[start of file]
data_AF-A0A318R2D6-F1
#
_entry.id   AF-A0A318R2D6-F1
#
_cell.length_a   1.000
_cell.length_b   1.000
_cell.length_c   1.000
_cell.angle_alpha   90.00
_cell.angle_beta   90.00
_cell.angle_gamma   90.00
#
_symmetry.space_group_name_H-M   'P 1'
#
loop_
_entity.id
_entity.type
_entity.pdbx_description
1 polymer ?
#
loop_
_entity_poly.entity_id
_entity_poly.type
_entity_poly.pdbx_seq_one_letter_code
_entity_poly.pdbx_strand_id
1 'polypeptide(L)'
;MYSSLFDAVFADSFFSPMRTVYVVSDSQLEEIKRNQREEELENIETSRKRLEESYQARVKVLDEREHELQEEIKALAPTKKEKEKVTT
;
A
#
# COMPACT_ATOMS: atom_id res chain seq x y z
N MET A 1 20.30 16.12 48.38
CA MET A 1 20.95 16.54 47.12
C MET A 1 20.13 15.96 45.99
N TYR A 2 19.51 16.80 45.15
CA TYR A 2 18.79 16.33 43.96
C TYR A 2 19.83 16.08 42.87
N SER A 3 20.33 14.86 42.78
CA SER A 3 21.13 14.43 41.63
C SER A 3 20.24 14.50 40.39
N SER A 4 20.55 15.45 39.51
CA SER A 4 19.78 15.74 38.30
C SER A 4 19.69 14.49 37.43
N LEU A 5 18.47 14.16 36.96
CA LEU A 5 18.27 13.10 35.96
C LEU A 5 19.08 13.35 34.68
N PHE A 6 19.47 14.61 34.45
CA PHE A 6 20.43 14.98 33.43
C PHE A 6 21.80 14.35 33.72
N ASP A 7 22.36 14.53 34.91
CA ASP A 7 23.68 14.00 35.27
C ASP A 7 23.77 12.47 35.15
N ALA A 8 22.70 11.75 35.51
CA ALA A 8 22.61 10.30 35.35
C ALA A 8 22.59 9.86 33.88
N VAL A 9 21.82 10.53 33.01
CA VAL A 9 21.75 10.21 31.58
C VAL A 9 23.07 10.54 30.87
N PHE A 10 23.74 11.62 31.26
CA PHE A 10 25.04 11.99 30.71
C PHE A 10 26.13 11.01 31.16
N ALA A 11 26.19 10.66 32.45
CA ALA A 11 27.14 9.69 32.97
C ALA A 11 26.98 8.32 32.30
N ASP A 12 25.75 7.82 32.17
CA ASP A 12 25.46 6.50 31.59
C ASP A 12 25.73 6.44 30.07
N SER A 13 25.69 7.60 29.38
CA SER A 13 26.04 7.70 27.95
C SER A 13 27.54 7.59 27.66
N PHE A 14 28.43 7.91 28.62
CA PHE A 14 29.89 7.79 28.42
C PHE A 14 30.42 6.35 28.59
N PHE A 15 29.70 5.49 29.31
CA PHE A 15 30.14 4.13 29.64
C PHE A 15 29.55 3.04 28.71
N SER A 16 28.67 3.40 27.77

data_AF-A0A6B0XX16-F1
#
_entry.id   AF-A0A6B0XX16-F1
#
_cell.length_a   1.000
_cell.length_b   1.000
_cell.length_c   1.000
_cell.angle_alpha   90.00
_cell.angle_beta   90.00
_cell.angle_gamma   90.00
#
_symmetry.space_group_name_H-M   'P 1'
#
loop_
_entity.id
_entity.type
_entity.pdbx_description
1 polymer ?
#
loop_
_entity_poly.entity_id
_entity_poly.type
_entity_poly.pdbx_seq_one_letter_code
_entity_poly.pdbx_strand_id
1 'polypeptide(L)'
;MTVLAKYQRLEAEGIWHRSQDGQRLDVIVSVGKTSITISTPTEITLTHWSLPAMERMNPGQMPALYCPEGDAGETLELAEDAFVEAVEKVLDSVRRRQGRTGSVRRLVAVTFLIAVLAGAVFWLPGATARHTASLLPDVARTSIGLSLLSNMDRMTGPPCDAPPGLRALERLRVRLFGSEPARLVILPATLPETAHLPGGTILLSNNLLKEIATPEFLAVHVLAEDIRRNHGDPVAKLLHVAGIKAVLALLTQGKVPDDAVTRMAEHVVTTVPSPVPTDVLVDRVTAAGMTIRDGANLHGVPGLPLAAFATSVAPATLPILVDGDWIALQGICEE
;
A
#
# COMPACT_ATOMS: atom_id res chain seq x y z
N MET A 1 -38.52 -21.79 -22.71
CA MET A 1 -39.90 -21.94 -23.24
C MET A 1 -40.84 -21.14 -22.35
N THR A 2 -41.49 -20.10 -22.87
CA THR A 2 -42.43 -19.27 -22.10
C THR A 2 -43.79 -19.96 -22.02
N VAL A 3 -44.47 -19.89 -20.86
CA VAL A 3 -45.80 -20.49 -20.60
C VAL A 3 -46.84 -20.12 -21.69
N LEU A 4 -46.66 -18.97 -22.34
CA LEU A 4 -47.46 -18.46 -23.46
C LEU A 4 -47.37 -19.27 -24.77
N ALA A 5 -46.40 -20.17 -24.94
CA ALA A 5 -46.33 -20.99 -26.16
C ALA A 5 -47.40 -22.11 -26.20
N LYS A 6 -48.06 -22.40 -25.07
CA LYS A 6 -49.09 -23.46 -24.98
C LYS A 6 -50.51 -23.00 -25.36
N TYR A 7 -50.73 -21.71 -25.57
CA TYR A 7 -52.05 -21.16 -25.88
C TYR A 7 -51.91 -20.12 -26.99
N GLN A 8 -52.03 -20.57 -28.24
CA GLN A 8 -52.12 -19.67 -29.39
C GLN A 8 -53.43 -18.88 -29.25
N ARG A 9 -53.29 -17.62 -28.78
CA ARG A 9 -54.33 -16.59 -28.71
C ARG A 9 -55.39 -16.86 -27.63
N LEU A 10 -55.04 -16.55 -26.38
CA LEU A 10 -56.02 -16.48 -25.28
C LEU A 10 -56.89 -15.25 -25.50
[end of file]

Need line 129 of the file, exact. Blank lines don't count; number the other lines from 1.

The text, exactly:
CA GLN A 8 -52.12 -19.67 -29.39